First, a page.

1:00 - 2:00
The Irish author James Joyce published his groundbreaking modernist novel Ulysses in 1922, an event that profoundly influenced the course of world literature. While Joyce’s astonishing novel is quite international in its references and appeal, it is also profoundly Irish. As Mulhall observes, “No other writer managed, or even attempted, such a lavishly forensic portrait of Ireland, and that is why, especially for Irish people, reading Ulysses is an invaluable adventure.” With his deep knowledge of Irish literature and culture and his lifetime of experience with Irish history and politics, Mulhall is the ideal guide to this novel’s Irish settings and characters.
Daniel Mulhall was born in Waterford. He has spent more than forty years in the Irish diplomatic service and is currently Ireland’s ambassador to the United States, having previously served as ambassador in Kuala Lumpur, Berlin, and London. In 1998 he was part of the Irish Government’s delegation at the negotiations that produced the Good Friday Agreement. Over the years, he has written and lectured extensively on Irish literature, including the writings of James Joyce. Throughout his diplomatic career, he has drawn on literature to help tell Ireland’s story internationally and has worked tirelessly to increase the impact and reach of Irish writing around the world.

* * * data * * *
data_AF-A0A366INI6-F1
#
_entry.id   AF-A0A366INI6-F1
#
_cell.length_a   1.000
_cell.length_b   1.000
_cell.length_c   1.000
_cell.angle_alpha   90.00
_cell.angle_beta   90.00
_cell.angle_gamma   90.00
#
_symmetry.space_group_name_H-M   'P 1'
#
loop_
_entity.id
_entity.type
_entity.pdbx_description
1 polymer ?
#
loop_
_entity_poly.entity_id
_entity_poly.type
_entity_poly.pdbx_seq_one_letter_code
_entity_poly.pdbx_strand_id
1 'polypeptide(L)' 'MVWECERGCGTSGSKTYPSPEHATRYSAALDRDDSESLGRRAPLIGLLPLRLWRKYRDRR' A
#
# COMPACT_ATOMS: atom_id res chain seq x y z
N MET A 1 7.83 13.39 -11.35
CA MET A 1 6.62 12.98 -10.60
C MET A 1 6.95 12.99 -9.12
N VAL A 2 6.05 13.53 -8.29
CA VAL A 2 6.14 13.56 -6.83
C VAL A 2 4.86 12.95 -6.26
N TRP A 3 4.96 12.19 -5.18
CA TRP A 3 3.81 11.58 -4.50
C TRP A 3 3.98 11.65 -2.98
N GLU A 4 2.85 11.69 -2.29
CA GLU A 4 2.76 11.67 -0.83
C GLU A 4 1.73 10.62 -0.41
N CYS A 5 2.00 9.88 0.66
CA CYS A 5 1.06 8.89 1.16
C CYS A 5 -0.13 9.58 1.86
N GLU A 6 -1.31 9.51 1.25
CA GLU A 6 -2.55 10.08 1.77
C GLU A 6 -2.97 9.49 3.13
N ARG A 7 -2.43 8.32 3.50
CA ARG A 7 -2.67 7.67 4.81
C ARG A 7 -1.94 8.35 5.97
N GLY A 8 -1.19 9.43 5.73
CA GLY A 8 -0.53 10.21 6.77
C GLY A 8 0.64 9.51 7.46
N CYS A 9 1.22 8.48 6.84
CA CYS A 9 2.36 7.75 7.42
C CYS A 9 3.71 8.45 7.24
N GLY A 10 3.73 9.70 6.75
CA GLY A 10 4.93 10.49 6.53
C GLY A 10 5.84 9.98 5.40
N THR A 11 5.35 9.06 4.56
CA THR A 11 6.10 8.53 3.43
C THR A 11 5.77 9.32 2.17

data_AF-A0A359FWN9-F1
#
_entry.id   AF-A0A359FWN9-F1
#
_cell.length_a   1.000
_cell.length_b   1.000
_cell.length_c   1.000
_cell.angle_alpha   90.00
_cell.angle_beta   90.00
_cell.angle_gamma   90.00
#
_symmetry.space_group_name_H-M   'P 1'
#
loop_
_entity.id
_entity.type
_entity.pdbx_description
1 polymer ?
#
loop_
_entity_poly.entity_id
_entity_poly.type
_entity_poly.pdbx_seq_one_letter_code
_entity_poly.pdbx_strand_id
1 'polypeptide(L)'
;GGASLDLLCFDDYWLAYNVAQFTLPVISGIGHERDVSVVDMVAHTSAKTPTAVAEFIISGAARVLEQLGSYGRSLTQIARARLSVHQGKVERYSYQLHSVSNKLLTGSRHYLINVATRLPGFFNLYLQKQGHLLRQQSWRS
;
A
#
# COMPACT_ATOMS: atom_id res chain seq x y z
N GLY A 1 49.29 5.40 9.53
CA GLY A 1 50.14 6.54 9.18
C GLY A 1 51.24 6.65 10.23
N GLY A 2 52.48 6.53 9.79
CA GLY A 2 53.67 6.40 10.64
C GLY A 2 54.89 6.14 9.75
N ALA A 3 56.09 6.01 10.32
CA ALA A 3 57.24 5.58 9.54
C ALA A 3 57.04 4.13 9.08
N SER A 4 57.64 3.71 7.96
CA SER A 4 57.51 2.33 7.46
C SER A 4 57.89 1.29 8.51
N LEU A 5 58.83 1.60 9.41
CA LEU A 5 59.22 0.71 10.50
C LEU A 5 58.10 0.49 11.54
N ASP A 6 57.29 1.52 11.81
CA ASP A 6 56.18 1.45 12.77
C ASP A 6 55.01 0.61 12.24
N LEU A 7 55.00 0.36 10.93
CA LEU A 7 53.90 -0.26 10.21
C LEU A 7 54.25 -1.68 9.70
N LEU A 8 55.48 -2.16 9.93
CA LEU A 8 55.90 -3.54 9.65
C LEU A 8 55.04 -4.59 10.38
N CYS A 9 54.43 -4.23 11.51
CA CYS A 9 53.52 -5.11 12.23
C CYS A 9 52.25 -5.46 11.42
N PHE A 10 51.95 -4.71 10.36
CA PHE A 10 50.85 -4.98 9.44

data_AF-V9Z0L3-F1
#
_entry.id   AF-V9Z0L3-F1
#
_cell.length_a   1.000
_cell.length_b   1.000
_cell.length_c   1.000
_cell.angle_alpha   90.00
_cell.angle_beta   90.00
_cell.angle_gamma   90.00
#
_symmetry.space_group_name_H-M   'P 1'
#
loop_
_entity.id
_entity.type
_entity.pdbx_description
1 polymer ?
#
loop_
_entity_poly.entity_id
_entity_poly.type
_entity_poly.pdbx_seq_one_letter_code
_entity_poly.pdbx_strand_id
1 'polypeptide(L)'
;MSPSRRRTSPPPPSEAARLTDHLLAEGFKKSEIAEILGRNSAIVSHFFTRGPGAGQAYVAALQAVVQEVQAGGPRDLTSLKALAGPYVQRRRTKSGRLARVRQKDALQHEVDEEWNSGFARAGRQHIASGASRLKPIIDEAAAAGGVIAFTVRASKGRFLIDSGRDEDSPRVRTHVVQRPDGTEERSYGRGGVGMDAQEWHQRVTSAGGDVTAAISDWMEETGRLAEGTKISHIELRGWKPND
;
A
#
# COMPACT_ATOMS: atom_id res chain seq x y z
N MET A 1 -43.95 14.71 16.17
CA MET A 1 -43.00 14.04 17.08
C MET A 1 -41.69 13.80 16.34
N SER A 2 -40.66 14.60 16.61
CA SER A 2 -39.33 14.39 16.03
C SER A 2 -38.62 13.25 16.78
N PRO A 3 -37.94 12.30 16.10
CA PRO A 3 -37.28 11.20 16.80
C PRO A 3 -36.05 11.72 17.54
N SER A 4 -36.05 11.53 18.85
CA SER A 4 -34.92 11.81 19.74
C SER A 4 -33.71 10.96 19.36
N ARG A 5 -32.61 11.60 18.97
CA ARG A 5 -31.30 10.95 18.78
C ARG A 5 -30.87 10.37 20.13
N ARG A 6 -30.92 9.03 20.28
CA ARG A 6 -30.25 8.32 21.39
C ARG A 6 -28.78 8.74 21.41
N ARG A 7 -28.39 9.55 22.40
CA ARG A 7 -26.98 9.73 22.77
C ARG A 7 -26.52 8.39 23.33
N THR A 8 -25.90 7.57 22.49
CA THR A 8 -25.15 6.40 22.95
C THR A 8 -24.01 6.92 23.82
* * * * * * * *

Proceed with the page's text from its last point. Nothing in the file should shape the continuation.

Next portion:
Daniel Mulhall's book talk is part of the library's Bloomsbay series of events celebrating the centenary of James Joyce's Ulysses.
For a full calendar of events visit irishculturebayarea/bloomsbay
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